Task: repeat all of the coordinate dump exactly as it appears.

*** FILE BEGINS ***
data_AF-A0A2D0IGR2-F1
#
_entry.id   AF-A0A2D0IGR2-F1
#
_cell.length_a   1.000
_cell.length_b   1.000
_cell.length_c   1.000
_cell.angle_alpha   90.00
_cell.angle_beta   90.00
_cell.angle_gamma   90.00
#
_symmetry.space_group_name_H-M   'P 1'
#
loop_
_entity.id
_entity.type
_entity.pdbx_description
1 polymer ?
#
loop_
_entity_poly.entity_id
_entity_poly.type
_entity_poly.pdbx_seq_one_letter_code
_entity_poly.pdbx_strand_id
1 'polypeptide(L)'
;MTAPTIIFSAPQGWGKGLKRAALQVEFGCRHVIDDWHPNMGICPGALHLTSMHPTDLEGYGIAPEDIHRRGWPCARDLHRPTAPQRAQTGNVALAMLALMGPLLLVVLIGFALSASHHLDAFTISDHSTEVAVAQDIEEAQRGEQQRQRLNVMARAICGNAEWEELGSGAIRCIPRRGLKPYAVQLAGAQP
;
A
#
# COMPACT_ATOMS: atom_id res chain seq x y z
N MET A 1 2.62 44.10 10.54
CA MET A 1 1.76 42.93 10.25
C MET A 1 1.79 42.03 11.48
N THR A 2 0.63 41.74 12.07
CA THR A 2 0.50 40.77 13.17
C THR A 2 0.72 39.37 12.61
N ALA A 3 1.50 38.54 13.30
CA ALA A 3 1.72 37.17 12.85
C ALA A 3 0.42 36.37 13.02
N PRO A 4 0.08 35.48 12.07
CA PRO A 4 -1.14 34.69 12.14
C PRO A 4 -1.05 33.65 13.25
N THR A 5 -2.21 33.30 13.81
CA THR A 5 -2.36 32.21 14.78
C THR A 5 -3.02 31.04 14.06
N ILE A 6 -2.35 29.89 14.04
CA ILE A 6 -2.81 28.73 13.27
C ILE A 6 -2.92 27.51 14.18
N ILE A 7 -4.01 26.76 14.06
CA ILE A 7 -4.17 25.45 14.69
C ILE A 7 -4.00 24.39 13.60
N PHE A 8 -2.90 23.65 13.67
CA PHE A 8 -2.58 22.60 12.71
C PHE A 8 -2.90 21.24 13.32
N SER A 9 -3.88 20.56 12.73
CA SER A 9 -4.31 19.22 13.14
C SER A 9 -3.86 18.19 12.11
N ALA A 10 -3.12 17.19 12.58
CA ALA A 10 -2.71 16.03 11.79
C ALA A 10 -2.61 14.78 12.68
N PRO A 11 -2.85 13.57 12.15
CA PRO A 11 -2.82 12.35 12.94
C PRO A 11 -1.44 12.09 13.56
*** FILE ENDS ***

data_AF-A0A2D0IGR2-F1
#
_entry.id   AF-A0A2D0IGR2-F1
#
_cell.length_a   1.000
_cell.length_b   1.000
_cell.length_c   1.000
_cell.angle_alpha   90.00
_cell.angle_beta   90.00
_cell.angle_gamma   90.00
#
_symmetry.space_group_name_H-M   'P 1'
#
loop_
_entity.id
_entity.type
_entity.pdbx_description
1 polymer ?
#
loop_
_entity_poly.entity_id
_entity_poly.type
_entity_poly.pdbx_seq_one_letter_code
_entity_poly.pdbx_strand_id
1 'polypeptide(L)'
;MTAPTIIFSAPQGWGKGLKRAALQVEFGCRHVIDDWHPNMGICPGALHLTSMHPTDLEGYGIAPEDIHRRGWPCARDLHRPTAPQRAQTGNVALAMLALMGPLLLVVLIGFALSASHHLDAFTISDHSTEVAVAQDIEEAQRGEQQRQRLNVMARAICGNAEWEELGSGAIRCIPRRGLKPYAVQLAGAQP
;
A
#
# COMPACT_ATOMS: atom_id res chain seq x y z
N MET A 1 2.62 44.10 10.54
CA MET A 1 1.76 42.93 10.25
C MET A 1 1.79 42.03 11.48
N THR A 2 0.63 41.74 12.07
CA THR A 2 0.50 40.77 13.17
C THR A 2 0.72 39.37 12.61
N ALA A 3 1.50 38.54 13.30
CA ALA A 3 1.72 37.17 12.85
C ALA A 3 0.42 36.37 13.02
N PRO A 4 0.08 35.48 12.07
CA PRO A 4 -1.14 34.69 12.14
C PRO A 4 -1.05 33.65 13.25
N THR A 5 -2.21 33.30 13.81
CA THR A 5 -2.36 32.21 14.78
C THR A 5 -3.02 31.04 14.06
N ILE A 6 -2.35 29.89 14.04
CA ILE A 6 -2.81 28.73 13.27
C ILE A 6 -2.92 27.51 14.18
N ILE A 7 -4.01 26.76 14.06
CA ILE A 7 -4.17 25.45 14.69
C ILE A 7 -4.00 24.39 13.60
N PHE A 8 -2.90 23.65 13.67
CA PHE A 8 -2.58 22.60 12.71
C PHE A 8 -2.90 21.24 13.32
N SER A 9 -3.88 20.56 12.73
CA SER A 9 -4.31 19.22 13.14
C SER A 9 -3.86 18.19 12.11
N ALA A 10 -3.12 17.19 12.58
CA ALA A 10 -2.71 16.03 11.79
C ALA A 10 -2.61 14.78 12.68
N PRO A 11 -2.85 13.57 12.15
CA PRO A 11 -2.82 12.35 12.94
C PRO A 11 -1.44 12.09 13.56